NECEDAH NATIONAL WILDLIFE REFUGE, Wis. -- The orange glow of sunrise peeks over the prairie as the pilot, dressed like a ghost in a flowing white gown, lifts off in his tiny plane.
Slowly he soars, up, up, above the sturdy pin oaks and jack pines, the silence of the dawn broken by the buzz of the engine.
The pilot has flown tens of thousands of miles, ferrying tens of thousands of people on jumbo jets, but this October morning is different.
This day he is flying a plane that looks like an airborne motorcycle, guiding eight young whooping cranes on a 1,250-mile journey through seven states on their way to their new winter home in Florida.
These magnificent birds and their flying machines are hoping to make history.
If all goes well, the cranes will be back mucking about in the marshes here next spring.
And if all goes really well, these eight whoopers may help save their species.
So here's the plan:
Take some top-notch scientists, a devoted group of bird lovers who happen to be pilots, planes small enough to fit in a barn, a group of baby cranes trained so they never see people...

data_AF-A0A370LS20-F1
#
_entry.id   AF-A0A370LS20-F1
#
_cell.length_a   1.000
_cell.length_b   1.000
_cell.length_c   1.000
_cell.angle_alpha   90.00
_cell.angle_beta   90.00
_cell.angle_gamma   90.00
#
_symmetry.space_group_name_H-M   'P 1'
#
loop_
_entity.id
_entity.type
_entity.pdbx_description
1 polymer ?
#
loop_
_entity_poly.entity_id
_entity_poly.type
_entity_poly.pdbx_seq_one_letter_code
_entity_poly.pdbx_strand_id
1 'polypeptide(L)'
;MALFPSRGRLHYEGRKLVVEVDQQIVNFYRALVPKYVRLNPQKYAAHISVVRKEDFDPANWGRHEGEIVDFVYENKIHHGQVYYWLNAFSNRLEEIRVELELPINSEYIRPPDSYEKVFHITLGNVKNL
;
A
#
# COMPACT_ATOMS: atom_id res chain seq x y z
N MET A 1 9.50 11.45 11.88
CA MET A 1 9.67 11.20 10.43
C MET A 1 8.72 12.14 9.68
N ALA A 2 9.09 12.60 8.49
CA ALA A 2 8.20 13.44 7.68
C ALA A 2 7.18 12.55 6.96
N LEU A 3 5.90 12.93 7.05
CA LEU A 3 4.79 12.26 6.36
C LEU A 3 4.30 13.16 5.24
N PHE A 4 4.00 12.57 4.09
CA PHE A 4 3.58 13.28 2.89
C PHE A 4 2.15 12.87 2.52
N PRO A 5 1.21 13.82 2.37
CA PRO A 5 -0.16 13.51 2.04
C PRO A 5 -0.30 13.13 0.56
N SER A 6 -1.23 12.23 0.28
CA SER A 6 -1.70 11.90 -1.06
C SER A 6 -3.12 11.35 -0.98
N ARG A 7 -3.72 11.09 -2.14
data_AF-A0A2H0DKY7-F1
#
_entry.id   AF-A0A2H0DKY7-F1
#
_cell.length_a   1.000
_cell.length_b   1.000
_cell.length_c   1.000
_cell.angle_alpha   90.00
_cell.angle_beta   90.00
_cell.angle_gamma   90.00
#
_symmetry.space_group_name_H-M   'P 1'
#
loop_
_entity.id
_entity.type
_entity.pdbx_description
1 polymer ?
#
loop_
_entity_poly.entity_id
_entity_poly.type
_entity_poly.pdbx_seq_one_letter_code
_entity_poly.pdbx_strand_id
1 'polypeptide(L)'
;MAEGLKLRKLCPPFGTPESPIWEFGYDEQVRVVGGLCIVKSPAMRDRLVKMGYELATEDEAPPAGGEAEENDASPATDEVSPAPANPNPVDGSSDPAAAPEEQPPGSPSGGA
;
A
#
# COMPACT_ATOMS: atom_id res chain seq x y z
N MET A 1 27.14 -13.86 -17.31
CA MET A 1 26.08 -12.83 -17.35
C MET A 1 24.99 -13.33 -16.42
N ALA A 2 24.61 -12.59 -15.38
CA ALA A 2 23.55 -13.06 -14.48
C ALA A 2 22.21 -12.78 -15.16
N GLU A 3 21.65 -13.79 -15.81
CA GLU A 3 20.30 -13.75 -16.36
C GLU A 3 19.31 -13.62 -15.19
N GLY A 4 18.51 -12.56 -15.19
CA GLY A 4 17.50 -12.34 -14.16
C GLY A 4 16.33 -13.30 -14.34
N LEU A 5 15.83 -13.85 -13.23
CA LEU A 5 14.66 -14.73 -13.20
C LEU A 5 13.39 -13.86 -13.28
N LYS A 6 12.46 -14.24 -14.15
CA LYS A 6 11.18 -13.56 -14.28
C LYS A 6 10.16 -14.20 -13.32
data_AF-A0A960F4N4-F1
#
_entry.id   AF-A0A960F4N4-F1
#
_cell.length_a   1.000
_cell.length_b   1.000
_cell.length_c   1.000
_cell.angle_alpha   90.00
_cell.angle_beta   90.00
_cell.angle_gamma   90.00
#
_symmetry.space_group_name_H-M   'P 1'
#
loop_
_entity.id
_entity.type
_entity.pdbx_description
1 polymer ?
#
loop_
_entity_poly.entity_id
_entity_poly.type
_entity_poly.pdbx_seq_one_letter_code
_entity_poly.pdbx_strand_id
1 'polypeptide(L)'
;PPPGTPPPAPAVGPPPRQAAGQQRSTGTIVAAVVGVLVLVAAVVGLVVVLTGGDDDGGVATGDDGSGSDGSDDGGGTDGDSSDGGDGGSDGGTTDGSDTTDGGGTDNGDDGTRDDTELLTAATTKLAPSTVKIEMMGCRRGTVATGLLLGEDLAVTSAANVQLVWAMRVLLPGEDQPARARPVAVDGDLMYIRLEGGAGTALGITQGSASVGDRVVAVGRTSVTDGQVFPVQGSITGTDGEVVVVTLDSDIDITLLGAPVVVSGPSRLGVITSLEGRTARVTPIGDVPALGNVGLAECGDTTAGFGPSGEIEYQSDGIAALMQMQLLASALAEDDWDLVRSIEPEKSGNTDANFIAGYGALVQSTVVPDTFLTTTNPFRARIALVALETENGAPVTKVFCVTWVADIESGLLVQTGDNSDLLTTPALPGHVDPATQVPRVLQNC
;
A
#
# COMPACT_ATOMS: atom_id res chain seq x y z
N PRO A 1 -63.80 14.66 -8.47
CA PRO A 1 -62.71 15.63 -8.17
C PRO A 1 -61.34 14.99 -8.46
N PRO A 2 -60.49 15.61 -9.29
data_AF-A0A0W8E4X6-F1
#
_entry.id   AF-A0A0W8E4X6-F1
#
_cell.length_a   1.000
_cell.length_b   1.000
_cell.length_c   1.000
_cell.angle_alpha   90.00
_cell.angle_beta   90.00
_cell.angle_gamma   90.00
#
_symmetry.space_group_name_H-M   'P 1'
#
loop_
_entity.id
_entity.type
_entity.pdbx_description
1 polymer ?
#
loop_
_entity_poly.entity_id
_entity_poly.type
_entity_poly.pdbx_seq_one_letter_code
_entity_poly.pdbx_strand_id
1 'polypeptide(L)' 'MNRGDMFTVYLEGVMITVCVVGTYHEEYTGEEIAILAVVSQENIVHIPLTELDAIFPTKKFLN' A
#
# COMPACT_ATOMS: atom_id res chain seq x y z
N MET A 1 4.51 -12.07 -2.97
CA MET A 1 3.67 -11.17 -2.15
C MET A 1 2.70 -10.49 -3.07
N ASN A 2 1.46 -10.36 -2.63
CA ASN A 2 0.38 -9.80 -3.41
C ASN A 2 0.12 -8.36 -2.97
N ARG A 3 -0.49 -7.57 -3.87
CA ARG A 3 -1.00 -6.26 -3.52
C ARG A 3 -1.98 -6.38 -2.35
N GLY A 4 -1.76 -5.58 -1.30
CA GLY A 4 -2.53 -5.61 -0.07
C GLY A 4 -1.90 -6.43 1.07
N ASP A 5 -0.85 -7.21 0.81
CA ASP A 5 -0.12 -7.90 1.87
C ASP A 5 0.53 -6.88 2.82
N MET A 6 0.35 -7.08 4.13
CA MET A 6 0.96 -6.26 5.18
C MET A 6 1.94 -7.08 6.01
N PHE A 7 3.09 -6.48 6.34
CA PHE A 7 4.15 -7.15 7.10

And the hope is this human-led migration, conducted several times, will help revive an endangered species, producing as many as 125 whoopers -- including at least 25 breeding pairs -- within the next 20 years. The flock will winter in Florida and summer in Wisconsin.
"It's a little like science fiction, but it's been put to the test and it works," says Tom Stehn, co-chairman of the whooping crane "recovery" team.
And so it does.
Canada geese, trumpeter swans and sandhill cranes have made migrations guided by the 364-pound ultralight plane -- called the Cosmos Phase II trike -- that the birds see as a parent leading them to their homes.
It sounds like a plot for Hollywood, right? And it was. But this time art imitated life.
"Fly Away Home," a 1996 movie about a family of lost orphaned geese, was inspired by the life of Bill Lishman, a Canadian-born sculptor who was part of the first ultralight-led bird migration. He helped guide 18 Canada geese on a 440-mile trek from Ontario to Virginia.
He was joined by Joe Duff, another Canadian who had a successful career photographing fancy cars. Together they formed Operation Migration, a nonprofit group that has led 10 migrations since 1993.
"You get to work with the cream-of-the-crop of avian experts," Duff says. "You get to migrate every year, which is fabulous. And you get to save a species. What else could you ask for?"
Deke Clark, a retired United Airlines pilot who has been on the team for four years, agrees.
"I think anyone who has a passion for flying loves birds," says Clark, who has been piloting military or commercial planes for 45 of his 64 years. "They're amazing."